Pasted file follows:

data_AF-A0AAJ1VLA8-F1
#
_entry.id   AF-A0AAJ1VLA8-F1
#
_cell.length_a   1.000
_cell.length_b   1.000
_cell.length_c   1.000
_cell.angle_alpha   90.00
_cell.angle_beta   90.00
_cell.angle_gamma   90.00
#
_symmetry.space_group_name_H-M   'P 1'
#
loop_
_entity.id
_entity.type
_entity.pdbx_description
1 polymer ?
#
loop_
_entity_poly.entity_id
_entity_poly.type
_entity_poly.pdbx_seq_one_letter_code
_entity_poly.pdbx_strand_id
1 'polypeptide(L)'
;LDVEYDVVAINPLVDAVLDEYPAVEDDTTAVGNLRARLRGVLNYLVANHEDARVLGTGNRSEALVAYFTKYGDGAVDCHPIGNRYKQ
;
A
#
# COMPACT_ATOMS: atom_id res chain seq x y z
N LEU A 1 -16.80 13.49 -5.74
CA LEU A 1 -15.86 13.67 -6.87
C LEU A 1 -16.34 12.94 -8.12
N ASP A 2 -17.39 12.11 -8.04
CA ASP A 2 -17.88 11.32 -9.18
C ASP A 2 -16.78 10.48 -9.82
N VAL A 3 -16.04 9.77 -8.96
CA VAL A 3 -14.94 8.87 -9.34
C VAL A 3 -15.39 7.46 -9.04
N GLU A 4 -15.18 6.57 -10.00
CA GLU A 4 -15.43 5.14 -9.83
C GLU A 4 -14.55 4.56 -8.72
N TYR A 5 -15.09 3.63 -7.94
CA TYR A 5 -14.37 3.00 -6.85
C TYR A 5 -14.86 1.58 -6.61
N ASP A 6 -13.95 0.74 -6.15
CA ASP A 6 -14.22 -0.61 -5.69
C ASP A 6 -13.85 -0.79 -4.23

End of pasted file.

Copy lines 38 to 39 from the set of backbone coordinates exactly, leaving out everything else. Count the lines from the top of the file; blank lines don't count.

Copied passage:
CA VAL A 3 -14.94 8.87 -9.34
C VAL A 3 -15.39 7.46 -9.04